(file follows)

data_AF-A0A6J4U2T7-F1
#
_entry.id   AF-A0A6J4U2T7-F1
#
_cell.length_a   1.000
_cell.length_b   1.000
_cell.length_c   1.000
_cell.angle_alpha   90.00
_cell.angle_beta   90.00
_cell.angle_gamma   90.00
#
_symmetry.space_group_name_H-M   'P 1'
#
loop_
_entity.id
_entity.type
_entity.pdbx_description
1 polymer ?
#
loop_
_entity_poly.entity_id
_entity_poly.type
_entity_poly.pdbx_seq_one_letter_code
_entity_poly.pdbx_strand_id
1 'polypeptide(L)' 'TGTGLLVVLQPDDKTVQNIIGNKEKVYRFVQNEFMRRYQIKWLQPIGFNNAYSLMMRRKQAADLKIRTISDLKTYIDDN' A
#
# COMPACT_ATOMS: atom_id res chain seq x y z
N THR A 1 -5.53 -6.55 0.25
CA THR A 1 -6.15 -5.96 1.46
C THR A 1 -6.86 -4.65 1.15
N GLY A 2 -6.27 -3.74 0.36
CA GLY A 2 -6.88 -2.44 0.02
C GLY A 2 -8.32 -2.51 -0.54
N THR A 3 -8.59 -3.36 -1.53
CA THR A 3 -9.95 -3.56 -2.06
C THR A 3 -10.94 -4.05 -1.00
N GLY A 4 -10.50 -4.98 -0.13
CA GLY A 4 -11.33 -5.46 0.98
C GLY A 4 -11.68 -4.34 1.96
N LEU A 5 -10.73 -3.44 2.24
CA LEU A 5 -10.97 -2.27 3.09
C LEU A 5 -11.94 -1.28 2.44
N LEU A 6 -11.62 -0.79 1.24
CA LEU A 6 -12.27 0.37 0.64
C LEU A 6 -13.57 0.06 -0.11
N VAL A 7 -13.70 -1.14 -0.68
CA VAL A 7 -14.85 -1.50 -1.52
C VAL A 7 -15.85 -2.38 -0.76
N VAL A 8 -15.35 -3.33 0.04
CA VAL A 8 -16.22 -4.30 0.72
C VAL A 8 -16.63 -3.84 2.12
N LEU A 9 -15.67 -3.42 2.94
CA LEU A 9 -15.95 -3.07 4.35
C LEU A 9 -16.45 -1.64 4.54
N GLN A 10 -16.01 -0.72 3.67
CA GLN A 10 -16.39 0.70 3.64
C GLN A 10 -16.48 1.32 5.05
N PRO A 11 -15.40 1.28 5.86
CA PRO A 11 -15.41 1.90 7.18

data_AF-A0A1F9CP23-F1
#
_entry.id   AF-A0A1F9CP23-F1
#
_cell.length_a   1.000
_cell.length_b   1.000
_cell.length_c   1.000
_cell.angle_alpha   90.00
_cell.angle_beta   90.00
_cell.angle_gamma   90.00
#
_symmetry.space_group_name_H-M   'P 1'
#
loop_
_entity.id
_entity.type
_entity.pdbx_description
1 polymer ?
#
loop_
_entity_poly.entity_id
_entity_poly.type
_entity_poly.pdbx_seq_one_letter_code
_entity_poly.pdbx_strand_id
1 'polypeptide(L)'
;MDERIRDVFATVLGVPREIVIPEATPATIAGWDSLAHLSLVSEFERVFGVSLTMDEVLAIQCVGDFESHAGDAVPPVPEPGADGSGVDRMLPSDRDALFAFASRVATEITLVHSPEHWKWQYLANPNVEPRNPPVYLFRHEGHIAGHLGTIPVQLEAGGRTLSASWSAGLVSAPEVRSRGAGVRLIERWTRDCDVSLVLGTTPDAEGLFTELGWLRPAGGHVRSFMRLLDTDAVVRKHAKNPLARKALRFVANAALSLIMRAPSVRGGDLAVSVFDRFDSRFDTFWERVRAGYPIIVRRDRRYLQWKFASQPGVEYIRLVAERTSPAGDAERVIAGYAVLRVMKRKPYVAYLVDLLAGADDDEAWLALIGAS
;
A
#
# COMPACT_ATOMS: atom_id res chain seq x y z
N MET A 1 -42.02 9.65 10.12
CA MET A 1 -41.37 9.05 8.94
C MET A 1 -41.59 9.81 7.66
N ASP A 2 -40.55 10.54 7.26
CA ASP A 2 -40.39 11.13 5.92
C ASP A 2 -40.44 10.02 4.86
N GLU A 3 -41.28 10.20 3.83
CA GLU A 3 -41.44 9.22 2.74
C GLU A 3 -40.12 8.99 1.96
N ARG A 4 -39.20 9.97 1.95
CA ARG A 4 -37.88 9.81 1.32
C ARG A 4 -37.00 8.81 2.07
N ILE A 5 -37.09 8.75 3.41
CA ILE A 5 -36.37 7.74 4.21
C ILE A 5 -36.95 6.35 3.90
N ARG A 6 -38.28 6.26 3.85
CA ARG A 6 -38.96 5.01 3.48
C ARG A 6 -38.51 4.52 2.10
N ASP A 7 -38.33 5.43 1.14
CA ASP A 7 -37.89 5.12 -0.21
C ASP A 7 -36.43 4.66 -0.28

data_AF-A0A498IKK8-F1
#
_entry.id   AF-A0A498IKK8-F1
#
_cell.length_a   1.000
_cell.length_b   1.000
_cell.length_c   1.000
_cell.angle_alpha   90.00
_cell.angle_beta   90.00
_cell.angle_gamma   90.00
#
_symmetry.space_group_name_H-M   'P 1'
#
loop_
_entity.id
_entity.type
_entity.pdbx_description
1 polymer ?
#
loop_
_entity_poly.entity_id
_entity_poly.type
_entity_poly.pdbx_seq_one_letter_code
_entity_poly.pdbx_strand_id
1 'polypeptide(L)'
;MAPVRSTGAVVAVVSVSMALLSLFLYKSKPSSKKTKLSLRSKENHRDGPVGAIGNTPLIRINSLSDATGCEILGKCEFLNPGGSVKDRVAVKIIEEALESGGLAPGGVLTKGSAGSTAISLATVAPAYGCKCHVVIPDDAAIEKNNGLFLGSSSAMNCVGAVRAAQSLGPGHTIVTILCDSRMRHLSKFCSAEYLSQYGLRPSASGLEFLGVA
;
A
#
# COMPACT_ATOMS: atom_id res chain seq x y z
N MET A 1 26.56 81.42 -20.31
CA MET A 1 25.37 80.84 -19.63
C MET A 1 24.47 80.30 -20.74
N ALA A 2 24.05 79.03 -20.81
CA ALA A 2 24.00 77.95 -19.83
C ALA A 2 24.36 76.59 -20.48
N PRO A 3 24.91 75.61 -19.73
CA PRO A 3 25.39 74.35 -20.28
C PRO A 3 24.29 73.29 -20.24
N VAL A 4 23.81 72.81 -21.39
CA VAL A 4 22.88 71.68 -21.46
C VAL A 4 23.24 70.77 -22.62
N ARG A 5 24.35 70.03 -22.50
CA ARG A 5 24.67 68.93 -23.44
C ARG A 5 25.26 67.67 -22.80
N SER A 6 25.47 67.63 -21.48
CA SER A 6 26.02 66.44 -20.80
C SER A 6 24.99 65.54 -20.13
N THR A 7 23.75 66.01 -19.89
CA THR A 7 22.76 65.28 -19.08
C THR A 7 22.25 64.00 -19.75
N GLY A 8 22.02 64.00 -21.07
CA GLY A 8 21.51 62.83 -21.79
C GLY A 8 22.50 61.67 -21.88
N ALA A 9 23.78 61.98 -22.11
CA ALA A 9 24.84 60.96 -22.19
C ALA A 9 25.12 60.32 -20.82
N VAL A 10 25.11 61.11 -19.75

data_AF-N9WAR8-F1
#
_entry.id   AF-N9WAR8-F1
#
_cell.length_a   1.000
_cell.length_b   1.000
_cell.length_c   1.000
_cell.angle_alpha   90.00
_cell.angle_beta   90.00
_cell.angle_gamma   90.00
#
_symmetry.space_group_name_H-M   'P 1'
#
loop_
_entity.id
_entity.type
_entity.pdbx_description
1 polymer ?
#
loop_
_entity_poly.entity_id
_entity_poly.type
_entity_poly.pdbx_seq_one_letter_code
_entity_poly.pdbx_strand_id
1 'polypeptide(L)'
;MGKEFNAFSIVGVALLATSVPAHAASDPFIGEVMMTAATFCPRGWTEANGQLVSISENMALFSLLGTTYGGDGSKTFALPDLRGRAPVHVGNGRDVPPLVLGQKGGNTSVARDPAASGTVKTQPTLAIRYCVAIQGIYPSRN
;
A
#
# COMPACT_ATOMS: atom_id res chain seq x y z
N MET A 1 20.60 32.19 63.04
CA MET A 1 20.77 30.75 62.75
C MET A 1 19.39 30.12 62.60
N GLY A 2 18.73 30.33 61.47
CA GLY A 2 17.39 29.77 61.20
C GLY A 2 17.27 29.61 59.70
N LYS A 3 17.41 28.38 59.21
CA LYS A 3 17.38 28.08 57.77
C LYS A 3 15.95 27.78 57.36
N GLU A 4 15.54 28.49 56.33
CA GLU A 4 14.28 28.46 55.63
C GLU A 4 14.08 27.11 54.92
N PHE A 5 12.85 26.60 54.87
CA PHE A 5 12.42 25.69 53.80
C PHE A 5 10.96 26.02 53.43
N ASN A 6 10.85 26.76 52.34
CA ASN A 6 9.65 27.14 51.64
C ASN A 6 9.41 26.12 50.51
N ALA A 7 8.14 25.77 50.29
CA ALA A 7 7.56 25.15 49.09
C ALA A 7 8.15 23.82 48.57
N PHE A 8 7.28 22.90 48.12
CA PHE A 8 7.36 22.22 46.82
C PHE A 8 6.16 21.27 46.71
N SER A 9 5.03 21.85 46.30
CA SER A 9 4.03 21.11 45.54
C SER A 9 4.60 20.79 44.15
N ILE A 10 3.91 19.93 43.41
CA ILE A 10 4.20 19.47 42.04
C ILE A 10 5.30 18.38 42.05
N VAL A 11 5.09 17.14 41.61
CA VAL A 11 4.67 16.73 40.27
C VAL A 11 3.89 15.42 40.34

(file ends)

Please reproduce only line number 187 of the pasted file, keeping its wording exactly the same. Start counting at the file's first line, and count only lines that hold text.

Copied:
#